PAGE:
Patients Left Out Of Decision Loop On Cancer Screening
To screen or not to screen for prostate and breast cancer may be the doctor's choice alone, a study suggests.
A survey of primary care physicians at three urban New York hospitals found upwards of one-third of doctors do not discuss decisions to run these cancer screens with their patients. Reasons include lack of time, the complexity of the subject and language barriers.
"Despite the models of shared decision-making and informed consent, no one knows much about the quality or frequency of conversations in the doctor's office," says lead author Andrew S. Dunn, MD, FACP. "Our finding, that up to one-third of the physicians would not discuss the risks and benefits of such controversial tests for prostate cancer for men and breast cancer for women less than 50 years of age, raises questions about how much patients are allowed to participate in their medical care."
Researchers from the Mount Sinai Schools of Medicine and Health Policy in New York queried primary care physicians about whether they would order prostate-specific antigen (PSA) measurements or mammograms for three hypothetical patients. The physicians were also asked if the advantages of the testing outweighed the disadvantages as well as whether they would initiate a discussion with patients about the benefits and risks of the tests.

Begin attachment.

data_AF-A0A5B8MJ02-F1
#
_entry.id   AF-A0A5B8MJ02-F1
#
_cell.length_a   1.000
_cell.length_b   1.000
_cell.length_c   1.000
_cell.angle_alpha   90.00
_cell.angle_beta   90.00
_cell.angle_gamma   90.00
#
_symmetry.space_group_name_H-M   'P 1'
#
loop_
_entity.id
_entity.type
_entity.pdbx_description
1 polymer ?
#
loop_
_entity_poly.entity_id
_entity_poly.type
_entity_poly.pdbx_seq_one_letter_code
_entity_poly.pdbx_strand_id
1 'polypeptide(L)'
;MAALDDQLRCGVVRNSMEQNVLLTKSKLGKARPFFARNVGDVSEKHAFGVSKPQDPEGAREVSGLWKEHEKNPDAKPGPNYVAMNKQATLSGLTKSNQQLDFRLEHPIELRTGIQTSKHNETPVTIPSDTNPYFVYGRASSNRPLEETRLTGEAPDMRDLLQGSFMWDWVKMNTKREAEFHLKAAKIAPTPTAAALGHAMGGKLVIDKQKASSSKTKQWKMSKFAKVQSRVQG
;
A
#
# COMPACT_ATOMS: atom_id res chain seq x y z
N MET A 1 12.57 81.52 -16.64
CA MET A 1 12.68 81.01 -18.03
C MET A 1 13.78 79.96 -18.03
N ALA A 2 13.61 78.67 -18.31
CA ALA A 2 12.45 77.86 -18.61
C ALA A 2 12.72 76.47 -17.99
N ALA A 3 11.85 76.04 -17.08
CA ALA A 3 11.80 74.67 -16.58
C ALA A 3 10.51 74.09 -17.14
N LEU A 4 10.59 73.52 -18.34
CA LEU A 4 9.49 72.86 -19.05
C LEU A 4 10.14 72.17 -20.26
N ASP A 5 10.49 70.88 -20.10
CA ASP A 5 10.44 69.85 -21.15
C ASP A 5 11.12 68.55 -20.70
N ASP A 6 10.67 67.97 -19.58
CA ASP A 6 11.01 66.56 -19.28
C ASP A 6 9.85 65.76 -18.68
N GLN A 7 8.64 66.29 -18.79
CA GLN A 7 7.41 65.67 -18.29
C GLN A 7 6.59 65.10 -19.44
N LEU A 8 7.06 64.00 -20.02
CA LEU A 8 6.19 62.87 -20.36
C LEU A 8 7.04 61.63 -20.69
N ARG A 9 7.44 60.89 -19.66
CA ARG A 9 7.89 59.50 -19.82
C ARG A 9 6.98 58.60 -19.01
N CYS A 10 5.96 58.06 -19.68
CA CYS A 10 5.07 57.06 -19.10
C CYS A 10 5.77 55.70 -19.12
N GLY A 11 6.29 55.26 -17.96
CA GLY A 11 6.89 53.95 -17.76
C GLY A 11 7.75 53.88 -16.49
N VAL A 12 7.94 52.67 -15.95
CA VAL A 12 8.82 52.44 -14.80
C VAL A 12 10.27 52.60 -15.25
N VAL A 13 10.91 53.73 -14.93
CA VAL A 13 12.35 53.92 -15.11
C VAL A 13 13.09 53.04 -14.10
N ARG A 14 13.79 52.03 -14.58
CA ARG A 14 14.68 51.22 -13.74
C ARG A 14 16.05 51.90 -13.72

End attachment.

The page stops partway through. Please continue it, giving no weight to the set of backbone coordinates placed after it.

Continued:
The hypothetical patients on the questionnaire were a 55-year-old male, a 45-year-old female and a 55-year-old female, with no significant medical history and normal physical exams. The 169 respondents were house staff and attending physicians, predominantly male and Caucasian.
Nearly all doctors said they would order a mammogram for the older woman. For the younger woman, 75 percent called for the screen. A little over half of the doctors said a PSA screen was appropriate for the man.
However, many of the doctors said they would make those choices independent of the patient's preference. In addition, one quarter of the physicians said such a discussion with their patients would not influence their decision to order the screen.
Doctors reported they would be more likely to discuss the mammogram with the younger woman, a screen considered more controversial.
"It also mattered, among house staff, if the doctors believed in the test and planned to order it," said Dr. Dunn. "Those who consider the PSA screening as advantageous were more likely to discuss the screening than those who considered the test to be otherwise."
The results of the study are published in the February issue of the American Journal of Preventive Medicine.
"Although we recognize that these discussions can be time-consuming and complex, we believe patients should not be inappropriately denied the opportunity to make choices when it comes to significant medical decisions," said Dr. Dunn.
The researchers recommend further study to include larger and more diverse groups of physicians.
Thanks to Doctors' Guide
J Clinical Oncology, 1/02
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Supportive Cancer Care,
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Euro Soc Med Onc, 10/02
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